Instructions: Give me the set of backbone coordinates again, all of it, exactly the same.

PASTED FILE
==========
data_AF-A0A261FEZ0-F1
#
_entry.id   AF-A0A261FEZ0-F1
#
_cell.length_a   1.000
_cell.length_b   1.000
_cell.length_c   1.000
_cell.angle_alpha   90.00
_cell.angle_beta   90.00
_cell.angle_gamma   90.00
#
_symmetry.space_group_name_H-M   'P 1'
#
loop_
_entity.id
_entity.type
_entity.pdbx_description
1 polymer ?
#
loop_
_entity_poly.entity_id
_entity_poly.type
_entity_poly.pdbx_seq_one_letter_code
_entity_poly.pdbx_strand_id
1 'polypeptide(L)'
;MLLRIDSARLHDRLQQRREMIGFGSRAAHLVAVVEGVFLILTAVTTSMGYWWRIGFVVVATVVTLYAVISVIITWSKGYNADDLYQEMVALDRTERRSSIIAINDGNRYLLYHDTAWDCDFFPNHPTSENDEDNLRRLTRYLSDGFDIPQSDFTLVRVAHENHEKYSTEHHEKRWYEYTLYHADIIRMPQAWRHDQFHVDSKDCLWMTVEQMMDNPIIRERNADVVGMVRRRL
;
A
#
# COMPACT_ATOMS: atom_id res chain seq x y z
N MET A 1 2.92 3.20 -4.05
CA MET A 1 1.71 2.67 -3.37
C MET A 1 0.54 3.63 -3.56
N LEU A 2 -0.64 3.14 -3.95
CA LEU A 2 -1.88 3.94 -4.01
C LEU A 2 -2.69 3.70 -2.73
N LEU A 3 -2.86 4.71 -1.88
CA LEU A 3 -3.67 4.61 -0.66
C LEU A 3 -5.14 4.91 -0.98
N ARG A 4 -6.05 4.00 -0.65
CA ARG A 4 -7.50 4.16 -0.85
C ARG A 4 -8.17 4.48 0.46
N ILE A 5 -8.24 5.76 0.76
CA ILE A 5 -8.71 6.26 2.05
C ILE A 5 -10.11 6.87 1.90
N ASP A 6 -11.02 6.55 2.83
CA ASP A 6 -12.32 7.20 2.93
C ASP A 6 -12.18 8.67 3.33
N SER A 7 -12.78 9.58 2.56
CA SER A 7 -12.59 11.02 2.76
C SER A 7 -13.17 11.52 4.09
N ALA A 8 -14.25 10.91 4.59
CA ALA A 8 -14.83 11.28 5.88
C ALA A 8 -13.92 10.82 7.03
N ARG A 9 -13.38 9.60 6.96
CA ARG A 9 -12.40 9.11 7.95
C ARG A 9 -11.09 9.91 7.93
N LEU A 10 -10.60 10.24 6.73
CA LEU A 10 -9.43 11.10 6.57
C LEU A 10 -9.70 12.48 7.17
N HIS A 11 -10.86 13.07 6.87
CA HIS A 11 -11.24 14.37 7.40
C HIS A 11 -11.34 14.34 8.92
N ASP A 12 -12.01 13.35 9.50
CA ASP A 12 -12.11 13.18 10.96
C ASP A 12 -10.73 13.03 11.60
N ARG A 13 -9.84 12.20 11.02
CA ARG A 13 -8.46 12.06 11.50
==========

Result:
data_AF-A0A261FEZ0-F1
#
_entry.id   AF-A0A261FEZ0-F1
#
_cell.length_a   1.000
_cell.length_b   1.000
_cell.length_c   1.000
_cell.angle_alpha   90.00
_cell.angle_beta   90.00
_cell.angle_gamma   90.00
#
_symmetry.space_group_name_H-M   'P 1'
#
loop_
_entity.id
_entity.type
_entity.pdbx_description
1 polymer ?
#
loop_
_entity_poly.entity_id
_entity_poly.type
_entity_poly.pdbx_seq_one_letter_code
_entity_poly.pdbx_strand_id
1 'polypeptide(L)'
;MLLRIDSARLHDRLQQRREMIGFGSRAAHLVAVVEGVFLILTAVTTSMGYWWRIGFVVVATVVTLYAVISVIITWSKGYNADDLYQEMVALDRTERRSSIIAINDGNRYLLYHDTAWDCDFFPNHPTSENDEDNLRRLTRYLSDGFDIPQSDFTLVRVAHENHEKYSTEHHEKRWYEYTLYHADIIRMPQAWRHDQFHVDSKDCLWMTVEQMMDNPIIRERNADVVGMVRRRL
;
A
#
# COMPACT_ATOMS: atom_id res chain seq x y z
N MET A 1 2.92 3.20 -4.05
CA MET A 1 1.71 2.67 -3.37
C MET A 1 0.54 3.63 -3.56
N LEU A 2 -0.64 3.14 -3.95
CA LEU A 2 -1.88 3.94 -4.01
C LEU A 2 -2.69 3.70 -2.73
N LEU A 3 -2.86 4.71 -1.88
CA LEU A 3 -3.67 4.61 -0.66
C LEU A 3 -5.14 4.91 -0.98
N ARG A 4 -6.05 4.00 -0.65
CA ARG A 4 -7.50 4.16 -0.85
C ARG A 4 -8.17 4.48 0.46
N ILE A 5 -8.24 5.76 0.76
CA ILE A 5 -8.71 6.26 2.05
C ILE A 5 -10.11 6.87 1.90
N ASP A 6 -11.02 6.55 2.83
CA ASP A 6 -12.32 7.20 2.93
C ASP A 6 -12.18 8.67 3.33
N SER A 7 -12.78 9.58 2.56
CA SER A 7 -12.59 11.02 2.76
C SER A 7 -13.17 11.52 4.09
N ALA A 8 -14.25 10.91 4.59
CA ALA A 8 -14.83 11.28 5.88
C ALA A 8 -13.92 10.82 7.03
N ARG A 9 -13.38 9.60 6.96
CA ARG A 9 -12.40 9.11 7.95
C ARG A 9 -11.09 9.91 7.93
N LEU A 10 -10.60 10.24 6.73
CA LEU A 10 -9.43 11.10 6.57
C LEU A 10 -9.70 12.48 7.17
N HIS A 11 -10.86 13.07 6.87
CA HIS A 11 -11.24 14.37 7.40
C HIS A 11 -11.34 14.34 8.92
N ASP A 12 -12.01 13.35 9.50
CA ASP A 12 -12.11 13.18 10.96
C ASP A 12 -10.73 13.03 11.60
N ARG A 13 -9.84 12.20 11.02
CA ARG A 13 -8.46 12.06 11.50